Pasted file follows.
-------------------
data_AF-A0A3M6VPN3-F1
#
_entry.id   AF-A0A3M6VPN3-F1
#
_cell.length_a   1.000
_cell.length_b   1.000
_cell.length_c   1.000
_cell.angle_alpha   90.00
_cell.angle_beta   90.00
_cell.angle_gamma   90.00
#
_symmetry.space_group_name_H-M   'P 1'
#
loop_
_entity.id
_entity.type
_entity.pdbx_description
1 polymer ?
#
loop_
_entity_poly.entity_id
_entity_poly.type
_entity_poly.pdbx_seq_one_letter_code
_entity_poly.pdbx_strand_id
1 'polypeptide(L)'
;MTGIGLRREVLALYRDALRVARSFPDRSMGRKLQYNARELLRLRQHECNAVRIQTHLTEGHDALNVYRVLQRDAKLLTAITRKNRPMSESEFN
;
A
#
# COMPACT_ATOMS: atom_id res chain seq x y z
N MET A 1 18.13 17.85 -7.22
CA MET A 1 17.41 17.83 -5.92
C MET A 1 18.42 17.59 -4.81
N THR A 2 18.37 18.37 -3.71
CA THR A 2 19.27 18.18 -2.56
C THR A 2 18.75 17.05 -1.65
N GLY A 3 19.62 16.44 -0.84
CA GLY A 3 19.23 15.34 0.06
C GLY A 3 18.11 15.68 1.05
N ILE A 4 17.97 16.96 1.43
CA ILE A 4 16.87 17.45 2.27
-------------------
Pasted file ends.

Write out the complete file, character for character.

data_AF-A0A3M6VPN3-F1
#
_entry.id   AF-A0A3M6VPN3-F1
#
_cell.length_a   1.000
_cell.length_b   1.000
_cell.length_c   1.000
_cell.angle_alpha   90.00
_cell.angle_beta   90.00
_cell.angle_gamma   90.00
#
_symmetry.space_group_name_H-M   'P 1'
#
loop_
_entity.id
_entity.type
_entity.pdbx_description
1 polymer ?
#
loop_
_entity_poly.entity_id
_entity_poly.type
_entity_poly.pdbx_seq_one_letter_code
_entity_poly.pdbx_strand_id
1 'polypeptide(L)'
;MTGIGLRREVLALYRDALRVARSFPDRSMGRKLQYNARELLRLRQHECNAVRIQTHLTEGHDALNVYRVLQRDAKLLTAITRKNRPMSESEFN
;
A
#
# COMPACT_ATOMS: atom_id res chain seq x y z
N MET A 1 18.13 17.85 -7.22
CA MET A 1 17.41 17.83 -5.92
C MET A 1 18.42 17.59 -4.81
N THR A 2 18.37 18.37 -3.71
CA THR A 2 19.27 18.18 -2.56
C THR A 2 18.75 17.05 -1.65
N GLY A 3 19.62 16.44 -0.84
CA GLY A 3 19.23 15.34 0.06
C GLY A 3 18.11 15.68 1.05
N ILE A 4 17.97 16.96 1.43
CA ILE A 4 16.87 17.45 2.27